The Zimbabwe Election Support Network (ZESN), an electoral body, has urged the government to implement electoral reforms in preparation for the 2023 harmonized elections. ZESN emphasizes the need for these reforms to align with the African Charter on Democracy, Elections and Governance (ACDEG), which Zimbabwe ratified in 2022.
African governments adopted ACDEG to emphasize the importance of regular, free, and fair elections in establishing legitimate representative governments and facilitating democratic changes in leadership. ACDEG also aims to promote best practices in election management for political stability, good governance, and the active involvement of citizens in democratic and developmental processes.
ZESN reiterates that the implementation of electoral reforms, in line with the spirit of ACDEG, is crucial for enhancing and consolidating the quality of democracy, elections, and governance in Zimbabwe. Some of these reforms include creating an enabling electoral environment that ensures citizens can participate without fear, providing access to the Voter’s Roll, implementing the 50/50 mechanism as outlined in the Constitution, defining clear guidelines for Women and Youth Quotas, using tactile ballot papers to guarantee voting secrecy, involving young people in Provincial Councils, reviewing accreditation fees, allowing long-term observation by domestic observers, implementing measures to address violence affecting women’s participation in politics and elections, and establishing an Integrity and Ethics Committee to address misconduct by Traditional Leaders during elections.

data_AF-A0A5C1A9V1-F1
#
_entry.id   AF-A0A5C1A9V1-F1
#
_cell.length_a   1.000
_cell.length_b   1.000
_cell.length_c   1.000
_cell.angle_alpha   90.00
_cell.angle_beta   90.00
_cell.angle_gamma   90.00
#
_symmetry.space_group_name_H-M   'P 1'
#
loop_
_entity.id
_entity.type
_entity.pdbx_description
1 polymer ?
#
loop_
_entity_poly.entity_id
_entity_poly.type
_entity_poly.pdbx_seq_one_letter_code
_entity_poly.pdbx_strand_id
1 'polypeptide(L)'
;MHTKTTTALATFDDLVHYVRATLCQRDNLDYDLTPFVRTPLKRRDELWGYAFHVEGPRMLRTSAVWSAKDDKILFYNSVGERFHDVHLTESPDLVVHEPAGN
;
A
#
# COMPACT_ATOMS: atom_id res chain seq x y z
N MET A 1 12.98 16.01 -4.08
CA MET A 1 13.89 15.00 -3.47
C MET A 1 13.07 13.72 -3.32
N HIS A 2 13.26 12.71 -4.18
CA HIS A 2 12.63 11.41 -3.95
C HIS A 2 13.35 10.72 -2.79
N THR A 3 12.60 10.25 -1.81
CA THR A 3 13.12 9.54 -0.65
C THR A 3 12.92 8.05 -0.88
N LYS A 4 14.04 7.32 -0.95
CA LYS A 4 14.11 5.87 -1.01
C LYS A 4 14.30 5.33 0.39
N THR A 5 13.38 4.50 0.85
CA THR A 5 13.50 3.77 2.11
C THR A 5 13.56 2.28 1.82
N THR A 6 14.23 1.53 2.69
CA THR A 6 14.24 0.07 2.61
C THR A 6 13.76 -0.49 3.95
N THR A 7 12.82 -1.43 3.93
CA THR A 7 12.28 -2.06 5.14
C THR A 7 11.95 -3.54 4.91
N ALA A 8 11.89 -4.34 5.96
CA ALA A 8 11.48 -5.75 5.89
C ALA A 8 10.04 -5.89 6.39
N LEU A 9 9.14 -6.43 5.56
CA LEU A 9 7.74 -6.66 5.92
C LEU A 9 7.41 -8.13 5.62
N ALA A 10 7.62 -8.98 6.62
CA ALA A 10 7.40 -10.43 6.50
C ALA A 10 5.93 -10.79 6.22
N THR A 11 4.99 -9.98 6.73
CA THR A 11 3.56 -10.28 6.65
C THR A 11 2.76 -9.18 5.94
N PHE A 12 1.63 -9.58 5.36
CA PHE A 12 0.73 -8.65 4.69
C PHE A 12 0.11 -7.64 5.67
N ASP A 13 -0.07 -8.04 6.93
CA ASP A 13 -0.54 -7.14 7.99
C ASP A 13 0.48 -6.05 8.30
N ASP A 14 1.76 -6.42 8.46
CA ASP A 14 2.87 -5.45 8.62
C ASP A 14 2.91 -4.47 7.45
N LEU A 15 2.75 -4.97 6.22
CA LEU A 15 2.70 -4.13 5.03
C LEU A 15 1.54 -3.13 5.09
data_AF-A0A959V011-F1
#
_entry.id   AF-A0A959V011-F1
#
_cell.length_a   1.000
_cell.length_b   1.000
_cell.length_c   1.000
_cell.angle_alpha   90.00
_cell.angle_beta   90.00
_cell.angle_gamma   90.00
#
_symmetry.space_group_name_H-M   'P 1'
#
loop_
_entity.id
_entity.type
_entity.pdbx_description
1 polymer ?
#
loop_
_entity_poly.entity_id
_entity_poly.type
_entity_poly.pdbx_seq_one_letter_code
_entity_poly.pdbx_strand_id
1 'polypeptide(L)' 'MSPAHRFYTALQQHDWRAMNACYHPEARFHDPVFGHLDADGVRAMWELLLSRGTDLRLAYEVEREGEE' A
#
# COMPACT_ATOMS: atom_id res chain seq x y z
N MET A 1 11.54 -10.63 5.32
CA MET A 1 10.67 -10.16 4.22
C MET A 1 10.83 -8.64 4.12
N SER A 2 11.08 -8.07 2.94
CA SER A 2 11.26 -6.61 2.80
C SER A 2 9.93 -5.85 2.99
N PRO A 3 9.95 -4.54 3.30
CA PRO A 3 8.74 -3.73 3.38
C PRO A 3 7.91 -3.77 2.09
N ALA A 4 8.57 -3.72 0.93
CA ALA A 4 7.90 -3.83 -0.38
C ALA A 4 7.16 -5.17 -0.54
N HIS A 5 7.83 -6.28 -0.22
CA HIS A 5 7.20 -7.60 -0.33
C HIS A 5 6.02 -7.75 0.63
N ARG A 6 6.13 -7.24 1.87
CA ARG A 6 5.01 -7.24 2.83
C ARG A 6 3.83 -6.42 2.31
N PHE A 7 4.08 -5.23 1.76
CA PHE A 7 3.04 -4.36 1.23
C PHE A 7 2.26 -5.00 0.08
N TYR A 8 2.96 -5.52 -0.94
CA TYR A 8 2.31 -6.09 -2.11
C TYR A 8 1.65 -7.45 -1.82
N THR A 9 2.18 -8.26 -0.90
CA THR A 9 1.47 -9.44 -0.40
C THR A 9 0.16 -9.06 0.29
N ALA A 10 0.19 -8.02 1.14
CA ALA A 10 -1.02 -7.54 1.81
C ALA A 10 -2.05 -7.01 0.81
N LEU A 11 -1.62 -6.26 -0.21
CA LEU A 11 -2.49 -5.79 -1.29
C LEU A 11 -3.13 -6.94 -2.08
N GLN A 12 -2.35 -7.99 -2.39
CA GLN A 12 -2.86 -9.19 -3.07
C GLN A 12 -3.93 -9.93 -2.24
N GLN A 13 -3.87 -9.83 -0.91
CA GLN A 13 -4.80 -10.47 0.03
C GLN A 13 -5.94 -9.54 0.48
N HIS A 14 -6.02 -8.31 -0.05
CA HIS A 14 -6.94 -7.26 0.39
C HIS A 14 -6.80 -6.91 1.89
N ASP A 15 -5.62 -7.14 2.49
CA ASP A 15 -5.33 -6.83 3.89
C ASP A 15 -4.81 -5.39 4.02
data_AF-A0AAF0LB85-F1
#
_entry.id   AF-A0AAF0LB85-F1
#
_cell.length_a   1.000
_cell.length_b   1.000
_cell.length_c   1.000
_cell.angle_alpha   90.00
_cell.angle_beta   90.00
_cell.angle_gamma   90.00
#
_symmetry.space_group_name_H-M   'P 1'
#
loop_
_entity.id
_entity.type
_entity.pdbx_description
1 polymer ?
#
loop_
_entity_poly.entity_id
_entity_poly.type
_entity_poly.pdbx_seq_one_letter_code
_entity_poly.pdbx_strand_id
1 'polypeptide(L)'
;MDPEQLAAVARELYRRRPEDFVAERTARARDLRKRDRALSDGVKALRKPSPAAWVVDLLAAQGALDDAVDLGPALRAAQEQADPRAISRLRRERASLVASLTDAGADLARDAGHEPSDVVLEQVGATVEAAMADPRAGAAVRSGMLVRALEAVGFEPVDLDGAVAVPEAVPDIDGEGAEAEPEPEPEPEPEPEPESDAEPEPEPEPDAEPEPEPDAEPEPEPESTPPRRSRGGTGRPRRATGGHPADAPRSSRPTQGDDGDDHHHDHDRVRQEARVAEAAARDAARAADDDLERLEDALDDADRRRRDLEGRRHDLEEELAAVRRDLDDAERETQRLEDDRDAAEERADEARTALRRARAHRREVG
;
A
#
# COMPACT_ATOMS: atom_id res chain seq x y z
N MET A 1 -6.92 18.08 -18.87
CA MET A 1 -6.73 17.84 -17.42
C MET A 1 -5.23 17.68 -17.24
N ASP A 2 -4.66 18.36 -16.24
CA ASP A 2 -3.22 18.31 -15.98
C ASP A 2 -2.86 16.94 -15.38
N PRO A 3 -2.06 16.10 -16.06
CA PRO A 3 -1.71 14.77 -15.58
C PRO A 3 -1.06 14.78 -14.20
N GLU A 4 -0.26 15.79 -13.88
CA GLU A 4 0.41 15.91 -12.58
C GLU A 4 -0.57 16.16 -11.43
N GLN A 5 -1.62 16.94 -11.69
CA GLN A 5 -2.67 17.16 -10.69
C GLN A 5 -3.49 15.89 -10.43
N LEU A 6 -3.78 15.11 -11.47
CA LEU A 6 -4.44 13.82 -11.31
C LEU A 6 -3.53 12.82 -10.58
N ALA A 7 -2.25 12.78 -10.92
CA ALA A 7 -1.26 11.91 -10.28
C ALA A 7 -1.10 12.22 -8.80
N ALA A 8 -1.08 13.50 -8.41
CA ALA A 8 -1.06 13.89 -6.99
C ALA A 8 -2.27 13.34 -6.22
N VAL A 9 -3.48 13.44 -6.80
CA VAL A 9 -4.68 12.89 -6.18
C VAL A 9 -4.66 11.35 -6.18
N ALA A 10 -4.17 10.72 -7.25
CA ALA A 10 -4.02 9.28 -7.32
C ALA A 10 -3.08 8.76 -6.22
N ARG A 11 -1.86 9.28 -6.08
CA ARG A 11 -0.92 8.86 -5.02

One amendment that still needs attention is that of assisted voting or voters. This issue generated negative perceptions during the by-elections period, as a large number of individuals were recorded as assisted voters, regardless of their literacy or physical abilities. This raised concerns of election rigging.